Admission is free. Proceeds go toward GoDowntownRogers.com events including Bikes on the Bricks and Holidays on the Bricks.

Information: godowntownrogers.com/heart-of-rogers-craft-fair.

In 1969, 30 Village Art Club members decided to put on a crafts fair in Bella Vista. That first year, they rented a large tent and erected it in a pasture not far from the campground, which was then located on Little Sugar Creek, north of the dam.

Martha Anglin remembered bringing sock dolls to the Bella Vista Arts and Crafts Festival that year. And some things haven't changed, she noted. She returns to the same booth each year and sees many of the same customers. (Some of her customers even call her at home to make sure she plans to be there.) But she no longer sells dolls. Now, she has jackets and felt bags.

That first festival was a success, according to a story published in The Ozark Mountaineer in October 1983, and the little club gained 23 more members. But the next year, 1970, it rained. The organizers were surprised to realize that didn't stop some of the shoppers, who wore plastic bags on their feet and negotiated the muddy pasture to shop. After that the committee knew to keep a supply of straw and heavy plastic on hand, the author noted.

Another article published by the Festival Magazine reported that exhibitors saved the day when the large circus tent began to sag and lean. The exhibitors were used to outdoor shows, and they knew to clear the standing water and tighten the guy lines while they waited for the tent company to send workers down from Joplin, Mo.

The dates of the Bella Vista festival were changed to correspond with the War Eagle Fair in 1972, and in 1973, the festival moved to Blowing Springs Park, which had restrooms, a picnic area and paved roads. By then, there were three tents, 150 artists and 50,000 people in attendance. In 1993, the festival moved again, this time to its current location, just south of the junction of Arkansas 340 and 279.

At one time, Angln and her husband, Robert, went to 18 craft fairs all over the region, but now they go only to Bella Vista. She said she likes the Bella Vista fair -- unlike the last craft fair she attended in Branson, Mo. The local fair still offers only handmade items, not "commercial stuff." Also, Bella Vista is close to home for the Anglins, who live in Siloam Springs.

The "Butterfield Tram," drawn by a tractor, debuted in 1975. It would would bring festival shoppers into Blowing Springs. That first wagon was built by volunteers. Now there are two wagons drawn by tractors on loan from Bobcat of Northwest Arkansas and driven by volunteers.

"We couldn't do it without the support of groups like the Rotary and the Kiwanis," said Elaine Reinke, director of the fair. Several churches send volunteers, and last year, a 4-H Club joined the ranks of Festival Ambassadors, helpers who run the booths when the owners need short breaks. The exhibitors loved having the youngsters involved, Reinke said.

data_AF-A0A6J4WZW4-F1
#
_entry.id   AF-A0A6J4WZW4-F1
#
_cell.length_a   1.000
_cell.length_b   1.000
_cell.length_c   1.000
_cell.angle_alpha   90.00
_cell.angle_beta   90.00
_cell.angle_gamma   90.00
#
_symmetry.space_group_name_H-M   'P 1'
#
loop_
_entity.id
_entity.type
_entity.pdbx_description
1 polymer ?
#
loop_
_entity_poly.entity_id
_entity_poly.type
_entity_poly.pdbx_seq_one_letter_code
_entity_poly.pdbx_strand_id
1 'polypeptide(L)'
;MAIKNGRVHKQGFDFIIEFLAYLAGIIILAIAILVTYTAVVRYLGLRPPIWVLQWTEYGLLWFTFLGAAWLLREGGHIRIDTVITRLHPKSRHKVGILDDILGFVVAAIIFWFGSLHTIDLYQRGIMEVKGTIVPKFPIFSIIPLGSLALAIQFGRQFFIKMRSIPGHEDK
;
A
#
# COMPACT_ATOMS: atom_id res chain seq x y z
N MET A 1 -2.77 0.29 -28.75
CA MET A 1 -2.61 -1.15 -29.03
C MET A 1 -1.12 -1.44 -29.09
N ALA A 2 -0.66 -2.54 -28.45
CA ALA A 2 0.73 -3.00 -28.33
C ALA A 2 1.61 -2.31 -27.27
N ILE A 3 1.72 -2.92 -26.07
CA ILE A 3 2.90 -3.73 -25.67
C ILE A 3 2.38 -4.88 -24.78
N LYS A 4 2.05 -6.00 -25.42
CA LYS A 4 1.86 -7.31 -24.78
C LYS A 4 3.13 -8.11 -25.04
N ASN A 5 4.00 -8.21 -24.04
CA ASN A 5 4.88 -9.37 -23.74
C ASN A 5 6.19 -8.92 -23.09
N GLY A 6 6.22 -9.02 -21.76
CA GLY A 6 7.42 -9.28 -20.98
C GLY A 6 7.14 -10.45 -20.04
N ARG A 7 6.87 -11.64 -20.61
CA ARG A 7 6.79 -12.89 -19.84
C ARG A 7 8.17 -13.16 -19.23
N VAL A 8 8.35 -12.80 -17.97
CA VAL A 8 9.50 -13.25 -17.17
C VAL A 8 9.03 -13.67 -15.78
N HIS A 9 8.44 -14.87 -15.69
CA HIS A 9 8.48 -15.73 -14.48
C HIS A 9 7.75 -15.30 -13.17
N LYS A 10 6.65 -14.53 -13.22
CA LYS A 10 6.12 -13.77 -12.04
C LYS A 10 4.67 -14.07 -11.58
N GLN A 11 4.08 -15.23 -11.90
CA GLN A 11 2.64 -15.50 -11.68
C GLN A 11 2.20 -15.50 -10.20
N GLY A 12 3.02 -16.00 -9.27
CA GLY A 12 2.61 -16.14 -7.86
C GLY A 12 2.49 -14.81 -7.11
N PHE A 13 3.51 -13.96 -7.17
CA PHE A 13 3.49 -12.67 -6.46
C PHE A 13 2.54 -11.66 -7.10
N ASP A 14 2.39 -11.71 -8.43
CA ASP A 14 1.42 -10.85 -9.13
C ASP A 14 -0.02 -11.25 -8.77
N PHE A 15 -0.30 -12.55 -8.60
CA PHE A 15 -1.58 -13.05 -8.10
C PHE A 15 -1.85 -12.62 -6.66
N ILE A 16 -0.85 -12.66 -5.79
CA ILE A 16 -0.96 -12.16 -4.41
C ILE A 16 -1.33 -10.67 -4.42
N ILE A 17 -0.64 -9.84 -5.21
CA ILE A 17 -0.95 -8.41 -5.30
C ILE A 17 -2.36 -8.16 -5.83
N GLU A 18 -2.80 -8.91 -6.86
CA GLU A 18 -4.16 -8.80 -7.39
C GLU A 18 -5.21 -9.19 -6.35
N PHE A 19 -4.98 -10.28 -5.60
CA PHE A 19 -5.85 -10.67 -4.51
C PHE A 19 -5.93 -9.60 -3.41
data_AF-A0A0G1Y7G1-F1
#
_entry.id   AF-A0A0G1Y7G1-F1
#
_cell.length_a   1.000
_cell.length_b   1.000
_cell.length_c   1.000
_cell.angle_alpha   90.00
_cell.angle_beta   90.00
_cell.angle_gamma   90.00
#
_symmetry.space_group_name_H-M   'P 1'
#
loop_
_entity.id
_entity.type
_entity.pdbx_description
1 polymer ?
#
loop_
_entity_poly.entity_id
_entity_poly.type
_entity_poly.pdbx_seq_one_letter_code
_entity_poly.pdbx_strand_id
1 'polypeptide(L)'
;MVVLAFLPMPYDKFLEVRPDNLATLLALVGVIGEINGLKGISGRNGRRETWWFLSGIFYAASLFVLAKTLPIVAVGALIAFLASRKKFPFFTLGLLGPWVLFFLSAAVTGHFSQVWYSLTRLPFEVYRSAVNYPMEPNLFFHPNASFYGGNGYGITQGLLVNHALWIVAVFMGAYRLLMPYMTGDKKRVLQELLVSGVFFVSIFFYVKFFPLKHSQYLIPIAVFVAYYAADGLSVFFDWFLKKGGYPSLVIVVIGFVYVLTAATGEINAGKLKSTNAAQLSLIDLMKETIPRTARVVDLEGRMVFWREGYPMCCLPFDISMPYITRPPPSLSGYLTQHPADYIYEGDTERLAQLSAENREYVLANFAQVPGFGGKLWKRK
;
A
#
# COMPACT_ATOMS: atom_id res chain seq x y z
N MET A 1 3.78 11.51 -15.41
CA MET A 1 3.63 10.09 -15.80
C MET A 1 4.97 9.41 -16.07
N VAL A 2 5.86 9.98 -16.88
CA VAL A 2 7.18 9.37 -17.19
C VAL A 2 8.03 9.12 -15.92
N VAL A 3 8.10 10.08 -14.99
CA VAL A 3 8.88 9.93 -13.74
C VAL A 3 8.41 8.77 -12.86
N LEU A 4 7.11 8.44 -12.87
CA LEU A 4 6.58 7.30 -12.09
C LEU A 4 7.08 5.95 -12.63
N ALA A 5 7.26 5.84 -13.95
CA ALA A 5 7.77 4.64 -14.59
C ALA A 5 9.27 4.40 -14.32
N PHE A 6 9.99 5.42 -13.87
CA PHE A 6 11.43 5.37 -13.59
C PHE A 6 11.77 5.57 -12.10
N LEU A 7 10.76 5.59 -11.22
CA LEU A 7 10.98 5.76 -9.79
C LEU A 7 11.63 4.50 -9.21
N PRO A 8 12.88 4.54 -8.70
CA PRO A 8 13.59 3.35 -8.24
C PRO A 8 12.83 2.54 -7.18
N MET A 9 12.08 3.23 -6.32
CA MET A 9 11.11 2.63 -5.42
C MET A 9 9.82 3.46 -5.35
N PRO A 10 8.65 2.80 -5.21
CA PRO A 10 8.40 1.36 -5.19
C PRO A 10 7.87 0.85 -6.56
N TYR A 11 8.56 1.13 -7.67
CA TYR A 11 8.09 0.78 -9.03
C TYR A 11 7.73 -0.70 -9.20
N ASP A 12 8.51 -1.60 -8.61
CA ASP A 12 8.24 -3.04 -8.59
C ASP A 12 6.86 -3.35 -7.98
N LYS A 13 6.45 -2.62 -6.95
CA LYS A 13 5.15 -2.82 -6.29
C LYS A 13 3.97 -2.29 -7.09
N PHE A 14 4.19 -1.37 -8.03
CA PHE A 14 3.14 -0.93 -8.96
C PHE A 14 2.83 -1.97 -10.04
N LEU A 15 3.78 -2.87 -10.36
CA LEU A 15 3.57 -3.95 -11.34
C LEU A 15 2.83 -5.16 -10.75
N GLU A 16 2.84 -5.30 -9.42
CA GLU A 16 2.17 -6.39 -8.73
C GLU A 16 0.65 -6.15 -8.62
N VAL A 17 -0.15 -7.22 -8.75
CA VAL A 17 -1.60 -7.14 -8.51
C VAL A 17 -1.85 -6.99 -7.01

Volunteers also man the "large item" service. They use a donated golf cart to pick up larger pieces of art after a customer makes a purchase, transport it to a tent in the parking lot and wait for the buyer to drive up and retrieve it. They also use golf carts to pick up customers who need a lift.

There's a family tent again where children can do their own arts and crafts, have their faces painted or watch an actual beehive. This year, 12 food trucks will park on site, each with a unique menu ranging from "fair food" -- like cotton candy -- to stir-fried vegetables. A trio of musicians will travel throughout the fair to entertain vendors and guests.

In honor of the festival's 50th anniversary, Reinke plans to add a gallery tent. She realized many of the artists who sell their products in Wishing Spring Gallery -- also operated by the Village Art Club -- aren't able to have booths at the festival. It's not easy to spend three days outside in a tent, she pointed out. She'll collect the artwork, set up the display and assign volunteers to man the booth, she said.

From the very beginning, the Bella Vista Arts and Crafts Festival has been a juried show. A committee looks at the products and chooses which artists can exhibit at the show. If an artist is found selling something purchased elsewhere, the artist is asked to leave and not allowed to return, Reinke said. That's one policy she doesn't expect will change any time soon.

Courtesy Bella Vista Historical Museum A 1998 poster celebrates 30 years of craft fairs in Bella Vista.
Courtesy Bella Vista Historical Museum A 1969 newspaper clipping shows a Rogers man demonstrating rope making at the first Bella Vista Arts and Crafts Festival.

NAN Our Town on 10/11/2018

Print Headline: 50 and fine